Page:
Shelves are an important feature of most homes. It could be shelving for foodstuffs in the kitchen, a bookshelf in the bedroom or a shelf in the living space for ornaments and keepsakes. If you’ve identified the need for more shelving in your home, there is a wide range of options in terms of materials and mountings. This article is all about the many types of shelf.
When you’re looking for new shelving, it’s essential to consider what the shelf is intended to store and how you want the shelving to appear when installed. The weight of any items that should be stored on the shelf should affect your choice of material, thickness and fittings.
Fixed Bracket shelving is one of the most popular types around. It is secured through individual brackets which are secured to the wall, with the shelving laid on top. Brackets are typically an L shape, and usually have arms of an uneven length. In most circumstances the short arms supports the shelf, while the longer arms is attached vertically to the wall, reducing the leverage of the bracket from the wall. The shelf should only be slightly wider than the supporting arm of the bracket to ensure it can take the load.
Individual shelving brackets can be fixed directly onto a wall using wall plugs, but some people choose to fit vertical pieces of wood to the wall first, then screwing the brackets onto the wood.
Built-in shelving is set into a wall. Usually it means an existing alcove or archway has had screws secured to its sides and a shelf fitted above. It’s one of the simplest forms of shelving, and is a great way of utilising otherwise-wasted space. If you have an available alcove or archway, perhaps next to a chimney breast, these types of shelves are some of the easiest to erect. While the shelving is limited by the width of the opening, you can use different heights of shelving to make them more versatile.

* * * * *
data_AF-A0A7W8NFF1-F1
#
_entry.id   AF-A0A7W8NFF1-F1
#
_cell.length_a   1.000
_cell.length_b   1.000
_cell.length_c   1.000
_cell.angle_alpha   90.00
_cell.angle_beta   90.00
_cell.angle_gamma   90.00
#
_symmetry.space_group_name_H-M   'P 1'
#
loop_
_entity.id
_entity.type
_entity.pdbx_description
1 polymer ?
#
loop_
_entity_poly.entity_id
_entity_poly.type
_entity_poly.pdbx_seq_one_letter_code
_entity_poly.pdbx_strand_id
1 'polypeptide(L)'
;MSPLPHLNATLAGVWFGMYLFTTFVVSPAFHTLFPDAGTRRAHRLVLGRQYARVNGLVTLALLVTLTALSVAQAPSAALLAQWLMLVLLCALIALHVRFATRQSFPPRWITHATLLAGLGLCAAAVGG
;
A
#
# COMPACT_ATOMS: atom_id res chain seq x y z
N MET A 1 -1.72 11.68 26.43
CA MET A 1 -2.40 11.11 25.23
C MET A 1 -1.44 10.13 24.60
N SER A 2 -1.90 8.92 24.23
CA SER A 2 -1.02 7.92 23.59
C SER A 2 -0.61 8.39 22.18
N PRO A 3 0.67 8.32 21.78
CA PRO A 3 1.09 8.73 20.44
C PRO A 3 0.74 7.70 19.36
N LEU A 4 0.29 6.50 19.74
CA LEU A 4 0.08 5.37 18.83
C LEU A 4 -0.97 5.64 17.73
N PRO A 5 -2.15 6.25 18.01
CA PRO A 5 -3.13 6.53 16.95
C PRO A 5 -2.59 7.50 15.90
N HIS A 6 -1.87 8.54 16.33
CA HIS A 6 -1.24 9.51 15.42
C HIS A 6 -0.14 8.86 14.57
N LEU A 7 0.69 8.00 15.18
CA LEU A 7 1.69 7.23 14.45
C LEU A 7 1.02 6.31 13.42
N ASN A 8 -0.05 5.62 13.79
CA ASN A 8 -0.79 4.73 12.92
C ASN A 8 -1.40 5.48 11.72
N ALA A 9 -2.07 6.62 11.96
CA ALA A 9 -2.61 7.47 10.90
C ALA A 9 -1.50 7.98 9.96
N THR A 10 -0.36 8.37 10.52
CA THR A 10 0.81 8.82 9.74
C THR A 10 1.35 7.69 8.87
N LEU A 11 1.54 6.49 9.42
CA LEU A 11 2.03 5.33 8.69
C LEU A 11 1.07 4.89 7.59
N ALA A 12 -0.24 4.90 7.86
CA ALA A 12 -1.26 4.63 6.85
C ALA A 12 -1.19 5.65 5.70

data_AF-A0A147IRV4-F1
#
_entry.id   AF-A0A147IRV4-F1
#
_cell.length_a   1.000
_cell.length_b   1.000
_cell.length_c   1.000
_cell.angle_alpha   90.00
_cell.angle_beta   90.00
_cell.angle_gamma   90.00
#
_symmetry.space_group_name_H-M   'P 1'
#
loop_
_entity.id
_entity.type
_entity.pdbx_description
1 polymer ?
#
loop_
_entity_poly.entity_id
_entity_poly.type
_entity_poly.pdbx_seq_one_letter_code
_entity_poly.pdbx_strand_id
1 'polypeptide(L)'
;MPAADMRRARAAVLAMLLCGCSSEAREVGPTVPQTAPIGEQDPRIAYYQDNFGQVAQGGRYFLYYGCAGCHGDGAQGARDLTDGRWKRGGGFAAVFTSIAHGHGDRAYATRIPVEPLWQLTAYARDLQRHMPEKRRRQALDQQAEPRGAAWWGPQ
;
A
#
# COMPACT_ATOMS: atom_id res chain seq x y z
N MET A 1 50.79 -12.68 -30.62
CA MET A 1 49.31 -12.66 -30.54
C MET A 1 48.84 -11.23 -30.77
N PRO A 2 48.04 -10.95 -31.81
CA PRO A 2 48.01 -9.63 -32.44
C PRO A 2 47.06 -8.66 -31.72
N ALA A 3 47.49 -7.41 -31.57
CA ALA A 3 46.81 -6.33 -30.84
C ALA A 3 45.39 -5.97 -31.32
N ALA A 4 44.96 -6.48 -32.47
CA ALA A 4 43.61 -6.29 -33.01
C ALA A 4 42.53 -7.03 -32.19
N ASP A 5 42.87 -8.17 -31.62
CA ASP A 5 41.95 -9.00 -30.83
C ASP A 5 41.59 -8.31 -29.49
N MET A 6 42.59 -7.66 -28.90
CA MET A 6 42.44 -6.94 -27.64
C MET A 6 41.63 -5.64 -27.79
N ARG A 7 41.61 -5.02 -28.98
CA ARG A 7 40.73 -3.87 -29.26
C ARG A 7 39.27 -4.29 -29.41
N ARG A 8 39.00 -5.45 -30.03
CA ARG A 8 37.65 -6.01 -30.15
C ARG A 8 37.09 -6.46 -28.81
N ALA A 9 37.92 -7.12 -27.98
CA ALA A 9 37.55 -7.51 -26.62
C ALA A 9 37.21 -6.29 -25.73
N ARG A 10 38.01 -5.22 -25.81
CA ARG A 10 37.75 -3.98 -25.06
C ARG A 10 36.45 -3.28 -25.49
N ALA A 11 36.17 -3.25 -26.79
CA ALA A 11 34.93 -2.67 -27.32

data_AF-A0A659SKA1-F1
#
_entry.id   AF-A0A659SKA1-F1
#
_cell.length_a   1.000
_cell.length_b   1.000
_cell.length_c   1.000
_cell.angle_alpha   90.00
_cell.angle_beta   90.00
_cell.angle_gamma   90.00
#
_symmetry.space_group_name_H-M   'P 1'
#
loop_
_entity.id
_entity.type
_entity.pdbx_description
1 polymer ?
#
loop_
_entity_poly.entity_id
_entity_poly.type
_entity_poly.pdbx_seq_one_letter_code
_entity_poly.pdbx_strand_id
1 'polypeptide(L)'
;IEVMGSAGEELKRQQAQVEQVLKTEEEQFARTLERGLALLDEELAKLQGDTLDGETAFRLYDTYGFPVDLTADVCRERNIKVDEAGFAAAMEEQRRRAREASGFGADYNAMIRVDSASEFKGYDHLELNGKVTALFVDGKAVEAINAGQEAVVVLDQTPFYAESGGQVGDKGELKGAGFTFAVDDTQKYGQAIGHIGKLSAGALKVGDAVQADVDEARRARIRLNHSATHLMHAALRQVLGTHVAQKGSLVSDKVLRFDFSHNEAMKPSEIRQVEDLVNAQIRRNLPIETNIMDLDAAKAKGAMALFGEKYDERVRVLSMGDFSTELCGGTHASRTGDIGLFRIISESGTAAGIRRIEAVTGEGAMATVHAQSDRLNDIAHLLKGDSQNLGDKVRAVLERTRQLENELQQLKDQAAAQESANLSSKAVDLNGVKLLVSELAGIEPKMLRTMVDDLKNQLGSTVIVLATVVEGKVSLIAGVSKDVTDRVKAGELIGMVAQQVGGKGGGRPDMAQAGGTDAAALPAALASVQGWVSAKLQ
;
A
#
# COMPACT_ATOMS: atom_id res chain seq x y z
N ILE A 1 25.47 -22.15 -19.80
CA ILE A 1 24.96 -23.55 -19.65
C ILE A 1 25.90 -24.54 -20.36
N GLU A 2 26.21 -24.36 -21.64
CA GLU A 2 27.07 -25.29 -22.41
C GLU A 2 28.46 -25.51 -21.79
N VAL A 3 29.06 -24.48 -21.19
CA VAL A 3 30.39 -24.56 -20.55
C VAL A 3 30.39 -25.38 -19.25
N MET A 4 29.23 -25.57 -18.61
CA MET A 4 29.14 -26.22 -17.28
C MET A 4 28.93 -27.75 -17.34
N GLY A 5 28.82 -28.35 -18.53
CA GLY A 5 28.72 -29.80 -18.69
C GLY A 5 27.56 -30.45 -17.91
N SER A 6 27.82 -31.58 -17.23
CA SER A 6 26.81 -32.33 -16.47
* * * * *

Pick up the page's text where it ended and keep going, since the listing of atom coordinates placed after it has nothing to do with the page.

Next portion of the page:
Obstacles to Success
No matter what type of shelving you go for, there are a number of plausible reasons why your DIY efforts could fail. If the shelf is over-used, and too much weight is placed on it the brackets can bend. This is why considering shelf use beforehand is so crucial. The only way you can make sure that this doesn’t occur is to buy the appropriate brackets for the load.
Another common problem is that fixing screws will fall out of the wall. This could be because the screws used were too short or that they were not installed properly. You should make the wall fixings as secure as possible. The best way to do this depends ultimately on the type of wall you are dealing with.
The other common shelf problem is that the shelf begins to sag; the brackets are secure and in place, but because they are too far apart the shelf begins to sag under a heavy load. This is all about using the right material and installing the right number of brackets. Again, it’s crucial to carefully consider the load any shelf should be able to take, and invest appropriately in shelving material and adequate brackets.
If it all sounds too difficult, then you could always consider free-standing shelving units. Low cost and lightweight shelving solutions such as chrome wire racks can save you an awful lot of time and bother.
Alan Derry writes on a number of subjects including installing chrome shelves and using wire racks for storage.